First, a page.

10th Armoured Cavalry Brigade (Poland)
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|10th Armoured Cavalry Brigade|
|Part of||1st Armoured Division (Poland)|
The Polish 10th Armoured Cavalry Brigade (Polish 10 Brygada Kawalerii Pancernej, French 10e Brigade de cavalerie blindée polonaise) was an armoured formation of the Polish Armed Forces in the West. It was organized in France during World War II as part of the Polish Army in France, mostly by the veterans of the 10th Motorized Cavalry Brigade who managed to escape from Nazi and Soviet occupied Poland. Led by general Stanisław Maczek, it took part in the Battle of France of 1940. It was later recreated in Great Britain as a part of the 1st Armoured Division.
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|10th Motorized Brigade
10th Armoured Brigade
1st Armoured Division
France and Poland had been allies in the leadup to World War II, concluding the Franco-Polish Military Alliance. After Poland was defeated by Germany in 1939, many Polish soldiers went to France to create a new army (the Polish Army in France) to fight the Nazis. These forces were commanded by general Władysław Sikorski, who was also the prime minister of the Polish government in exile. Unfortunately, French generals were not interested in Polish information about the campaign in Poland and German tactics of Blitzkrieg. There was a general belief among the French High Command that the Polish armed forces were incompetent, and they also believed in the impregnability of the Maginot Line. When General Maczek and his veterans tried to create a Polish mechanized division, they were not able to get the equipment necessary for training fast enough, so the new unit grew very slowly.
Everything changed when Germany invaded the Low Countries in 1940, out-flanking the French fortifications. General Maczek's unit suddenly received all the equipment they had asked for, with one condition: they had to go into action immediately. That was impossible, because many Polish soldiers had no idea how to use the new equipment and there was no time for training. General Maczek decided to lead a small force of his best trained men, hoping that the rest of his unit would join them later. That small force was called the 10th Armoured Cavalry Brigade (10 Brygada Kawalerii Pancernej) in honour of the "Black Brigade" from 1939. On June 6, 10th Brigade had one tank battalion, two strong motorized cavalry squadrons, one anti-tank battery and one anti-aircraft battery.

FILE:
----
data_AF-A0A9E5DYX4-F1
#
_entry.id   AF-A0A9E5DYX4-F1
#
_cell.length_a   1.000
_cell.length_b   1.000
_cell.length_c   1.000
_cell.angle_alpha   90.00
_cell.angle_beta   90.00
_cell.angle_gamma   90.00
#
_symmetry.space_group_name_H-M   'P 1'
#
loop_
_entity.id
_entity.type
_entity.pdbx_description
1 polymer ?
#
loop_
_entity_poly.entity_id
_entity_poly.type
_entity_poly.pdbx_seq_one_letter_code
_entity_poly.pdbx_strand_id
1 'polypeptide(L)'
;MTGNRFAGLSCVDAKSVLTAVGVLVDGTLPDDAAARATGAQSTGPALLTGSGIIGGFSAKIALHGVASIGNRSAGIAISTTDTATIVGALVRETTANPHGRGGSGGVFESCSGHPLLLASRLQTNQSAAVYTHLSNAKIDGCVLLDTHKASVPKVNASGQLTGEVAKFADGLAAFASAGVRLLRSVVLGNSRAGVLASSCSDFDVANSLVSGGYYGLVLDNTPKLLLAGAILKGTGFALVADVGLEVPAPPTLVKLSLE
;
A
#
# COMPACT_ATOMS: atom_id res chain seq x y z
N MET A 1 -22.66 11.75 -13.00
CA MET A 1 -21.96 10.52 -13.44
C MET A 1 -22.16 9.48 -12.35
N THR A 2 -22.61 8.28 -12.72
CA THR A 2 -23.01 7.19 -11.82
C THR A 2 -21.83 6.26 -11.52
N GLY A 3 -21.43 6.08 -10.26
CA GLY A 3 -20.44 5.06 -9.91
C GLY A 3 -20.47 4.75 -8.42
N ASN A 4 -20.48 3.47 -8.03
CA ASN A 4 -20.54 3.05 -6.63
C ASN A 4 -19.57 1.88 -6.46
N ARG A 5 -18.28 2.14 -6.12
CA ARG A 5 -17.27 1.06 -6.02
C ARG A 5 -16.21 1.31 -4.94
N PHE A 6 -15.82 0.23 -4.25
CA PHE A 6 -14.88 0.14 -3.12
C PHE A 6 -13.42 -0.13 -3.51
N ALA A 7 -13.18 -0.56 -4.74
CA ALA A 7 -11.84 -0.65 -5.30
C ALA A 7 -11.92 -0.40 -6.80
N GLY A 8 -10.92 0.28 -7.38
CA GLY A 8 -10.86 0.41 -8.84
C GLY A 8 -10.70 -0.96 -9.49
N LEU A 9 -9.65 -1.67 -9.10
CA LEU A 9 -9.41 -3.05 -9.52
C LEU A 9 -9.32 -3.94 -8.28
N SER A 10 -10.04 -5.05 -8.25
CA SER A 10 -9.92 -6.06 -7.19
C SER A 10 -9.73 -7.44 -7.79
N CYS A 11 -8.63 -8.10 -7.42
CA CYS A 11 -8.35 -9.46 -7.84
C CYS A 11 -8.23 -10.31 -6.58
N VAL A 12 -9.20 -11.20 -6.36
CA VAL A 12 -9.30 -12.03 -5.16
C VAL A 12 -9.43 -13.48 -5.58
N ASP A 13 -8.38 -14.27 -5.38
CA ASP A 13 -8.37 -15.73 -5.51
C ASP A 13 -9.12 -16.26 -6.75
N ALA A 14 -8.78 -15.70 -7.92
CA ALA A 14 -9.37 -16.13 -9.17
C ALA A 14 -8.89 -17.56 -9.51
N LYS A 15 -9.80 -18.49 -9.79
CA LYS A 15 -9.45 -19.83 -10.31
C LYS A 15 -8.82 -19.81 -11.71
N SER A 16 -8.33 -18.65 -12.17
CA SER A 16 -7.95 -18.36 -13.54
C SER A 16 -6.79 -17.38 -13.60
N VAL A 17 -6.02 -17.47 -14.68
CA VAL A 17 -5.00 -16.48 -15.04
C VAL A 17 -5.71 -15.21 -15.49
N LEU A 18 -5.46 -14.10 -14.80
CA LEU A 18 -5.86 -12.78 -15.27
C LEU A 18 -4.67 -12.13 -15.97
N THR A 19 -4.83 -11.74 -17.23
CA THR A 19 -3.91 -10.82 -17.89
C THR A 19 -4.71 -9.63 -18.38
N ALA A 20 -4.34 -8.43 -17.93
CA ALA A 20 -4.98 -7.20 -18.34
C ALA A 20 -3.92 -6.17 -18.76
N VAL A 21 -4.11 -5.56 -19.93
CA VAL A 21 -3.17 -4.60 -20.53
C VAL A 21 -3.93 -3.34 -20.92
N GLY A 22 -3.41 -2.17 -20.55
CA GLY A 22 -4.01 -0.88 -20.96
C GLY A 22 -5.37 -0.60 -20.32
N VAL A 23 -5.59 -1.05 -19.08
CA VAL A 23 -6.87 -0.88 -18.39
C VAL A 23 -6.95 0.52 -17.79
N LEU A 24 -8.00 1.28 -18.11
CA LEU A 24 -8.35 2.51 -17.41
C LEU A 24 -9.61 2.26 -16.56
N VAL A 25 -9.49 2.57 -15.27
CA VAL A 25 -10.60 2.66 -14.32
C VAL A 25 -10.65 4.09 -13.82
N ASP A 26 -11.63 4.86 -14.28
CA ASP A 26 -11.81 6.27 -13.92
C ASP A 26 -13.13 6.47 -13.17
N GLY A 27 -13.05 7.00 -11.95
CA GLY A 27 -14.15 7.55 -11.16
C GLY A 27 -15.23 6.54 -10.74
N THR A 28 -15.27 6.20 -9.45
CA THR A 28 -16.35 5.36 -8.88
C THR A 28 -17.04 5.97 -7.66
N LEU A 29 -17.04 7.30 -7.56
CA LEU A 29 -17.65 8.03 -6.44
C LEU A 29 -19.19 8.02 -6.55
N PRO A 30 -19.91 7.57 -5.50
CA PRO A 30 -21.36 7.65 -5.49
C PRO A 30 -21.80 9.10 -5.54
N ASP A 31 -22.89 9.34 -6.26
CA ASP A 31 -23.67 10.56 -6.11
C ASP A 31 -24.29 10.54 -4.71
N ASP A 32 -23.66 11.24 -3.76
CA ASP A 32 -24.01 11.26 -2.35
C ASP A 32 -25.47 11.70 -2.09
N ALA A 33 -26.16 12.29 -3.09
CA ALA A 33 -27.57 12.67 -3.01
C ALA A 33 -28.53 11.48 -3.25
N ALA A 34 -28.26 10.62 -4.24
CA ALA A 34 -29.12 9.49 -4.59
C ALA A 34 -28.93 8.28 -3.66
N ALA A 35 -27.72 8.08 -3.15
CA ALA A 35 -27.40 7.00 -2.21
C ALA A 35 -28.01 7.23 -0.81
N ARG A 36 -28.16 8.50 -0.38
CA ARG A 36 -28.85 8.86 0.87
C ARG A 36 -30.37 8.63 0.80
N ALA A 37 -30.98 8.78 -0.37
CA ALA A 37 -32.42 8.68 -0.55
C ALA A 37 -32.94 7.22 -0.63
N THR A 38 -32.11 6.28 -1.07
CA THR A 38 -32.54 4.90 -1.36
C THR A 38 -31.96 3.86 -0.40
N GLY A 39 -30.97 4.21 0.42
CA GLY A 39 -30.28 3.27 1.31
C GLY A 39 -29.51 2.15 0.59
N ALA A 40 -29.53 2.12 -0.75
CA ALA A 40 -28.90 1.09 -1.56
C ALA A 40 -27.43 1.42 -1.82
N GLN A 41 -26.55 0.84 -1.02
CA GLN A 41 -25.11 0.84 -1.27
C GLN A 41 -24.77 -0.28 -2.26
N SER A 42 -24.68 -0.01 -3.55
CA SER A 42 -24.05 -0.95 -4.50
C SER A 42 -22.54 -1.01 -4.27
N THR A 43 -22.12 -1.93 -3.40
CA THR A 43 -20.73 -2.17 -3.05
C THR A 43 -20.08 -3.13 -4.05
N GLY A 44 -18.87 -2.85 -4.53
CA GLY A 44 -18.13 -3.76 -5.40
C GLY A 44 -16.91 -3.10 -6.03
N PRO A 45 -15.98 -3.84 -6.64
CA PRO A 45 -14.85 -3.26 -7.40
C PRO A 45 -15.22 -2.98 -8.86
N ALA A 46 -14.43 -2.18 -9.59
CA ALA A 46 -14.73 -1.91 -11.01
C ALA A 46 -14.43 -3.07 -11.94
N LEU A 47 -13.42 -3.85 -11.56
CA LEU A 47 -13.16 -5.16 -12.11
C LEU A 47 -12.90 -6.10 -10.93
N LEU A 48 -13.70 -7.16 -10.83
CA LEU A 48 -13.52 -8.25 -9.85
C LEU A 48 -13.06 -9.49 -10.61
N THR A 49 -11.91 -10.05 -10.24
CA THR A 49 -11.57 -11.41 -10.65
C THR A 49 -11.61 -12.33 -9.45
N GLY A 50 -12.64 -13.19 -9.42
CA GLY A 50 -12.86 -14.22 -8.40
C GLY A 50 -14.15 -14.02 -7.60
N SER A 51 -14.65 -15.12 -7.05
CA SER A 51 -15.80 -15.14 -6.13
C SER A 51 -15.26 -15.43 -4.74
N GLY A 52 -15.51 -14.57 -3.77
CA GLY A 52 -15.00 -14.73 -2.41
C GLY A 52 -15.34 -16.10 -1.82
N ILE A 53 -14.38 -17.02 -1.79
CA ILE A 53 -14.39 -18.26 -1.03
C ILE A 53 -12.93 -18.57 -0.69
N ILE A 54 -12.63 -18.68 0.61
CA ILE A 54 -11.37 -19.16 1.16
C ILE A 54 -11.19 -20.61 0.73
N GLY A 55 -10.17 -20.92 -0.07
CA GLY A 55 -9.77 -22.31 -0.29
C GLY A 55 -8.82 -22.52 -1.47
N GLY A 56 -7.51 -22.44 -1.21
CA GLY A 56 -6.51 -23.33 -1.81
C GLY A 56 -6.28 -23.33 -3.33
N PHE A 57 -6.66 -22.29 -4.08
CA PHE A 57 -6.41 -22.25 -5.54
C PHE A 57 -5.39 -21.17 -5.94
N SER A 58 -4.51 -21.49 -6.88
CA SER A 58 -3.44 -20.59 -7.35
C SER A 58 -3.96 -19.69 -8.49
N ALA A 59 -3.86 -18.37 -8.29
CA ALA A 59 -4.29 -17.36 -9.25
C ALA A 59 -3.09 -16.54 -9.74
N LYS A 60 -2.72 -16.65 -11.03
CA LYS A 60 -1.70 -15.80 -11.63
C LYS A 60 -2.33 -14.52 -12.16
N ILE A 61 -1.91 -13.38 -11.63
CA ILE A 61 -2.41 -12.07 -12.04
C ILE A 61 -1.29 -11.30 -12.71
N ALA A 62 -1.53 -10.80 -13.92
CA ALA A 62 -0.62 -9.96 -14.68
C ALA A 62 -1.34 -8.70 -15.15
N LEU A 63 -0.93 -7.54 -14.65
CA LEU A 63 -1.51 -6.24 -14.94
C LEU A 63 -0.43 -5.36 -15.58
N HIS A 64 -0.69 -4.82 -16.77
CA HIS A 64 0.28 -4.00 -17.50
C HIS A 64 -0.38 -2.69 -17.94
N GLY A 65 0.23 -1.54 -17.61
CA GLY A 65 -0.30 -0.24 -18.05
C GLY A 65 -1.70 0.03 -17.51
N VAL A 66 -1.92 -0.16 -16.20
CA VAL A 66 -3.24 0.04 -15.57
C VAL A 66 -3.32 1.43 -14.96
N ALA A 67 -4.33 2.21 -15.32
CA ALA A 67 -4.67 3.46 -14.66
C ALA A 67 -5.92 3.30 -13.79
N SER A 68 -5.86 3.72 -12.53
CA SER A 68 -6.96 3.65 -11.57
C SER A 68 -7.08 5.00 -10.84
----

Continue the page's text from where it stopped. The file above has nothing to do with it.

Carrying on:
The brigade was attached to the French Fourth Army near Reims, and was ordered to cover its left flank. However, Maczek's unit was much too weak to successfully hold back full German armoured divisions. Polish soldiers managed only to cover one retreating French infantry division by attacking German forces in Champaubert-Montgivroux. Later the brigade had to withdraw with the rest of French troops, and joined the French XXIII Corps. On June 16 the brigade attacked, by night, the town of Montbard over the Burgundy Canal. Maczek's soldiers completely surprised the Germans and took many prisoners.
The 10th Brigade was fighting alone by this time, with the French units on both flanks either routed or in retreat. There were no French forces to exploit that victory, and the decimated Polish unit found itself surrounded and without fuel. On June 18, General Maczek decided to destroy most of his equipment and to withdraw on foot. Later that day he had to split the remnants of his brigade into small groups, so they could pass through enemy lines. Many of Maczek's men, including the general himself, found their way to the United Kingdom, where a Polish armoured unit was recreated, while others joined the Polish and French resistance organizations in France and Belgium.
The 10th Armoured Cavalry Brigade was a small formation, but with an excellent fighting spirit. Most of its soldiers managed to get to Great Britain, where the 10th Armoured Cavalry Brigade was recreated as a part of General Maczek's 1st Armoured Division.
Formation in Britain and Post Cold War
The brigade fought with the 1st Armoured Division in north-west Europe in 1944-45, but was disbanded after the war. However it was reformed in 1995 and later equipped with Leopard 2 tanks purchased from Germany (see pl:10 Brygada Kawalerii Pancernej (III RP)). It is now part of the 11th Armoured Cavalry Division headquartered at Żagań.
- Stanisław Maczek, "Od Podwody do czołga", Lublin-London 1990
Reference: "With the tanks of the 1st Polish Armoured Division" A Tomaszewska (H L Smit and zn, Hengelo, Holland, 1946)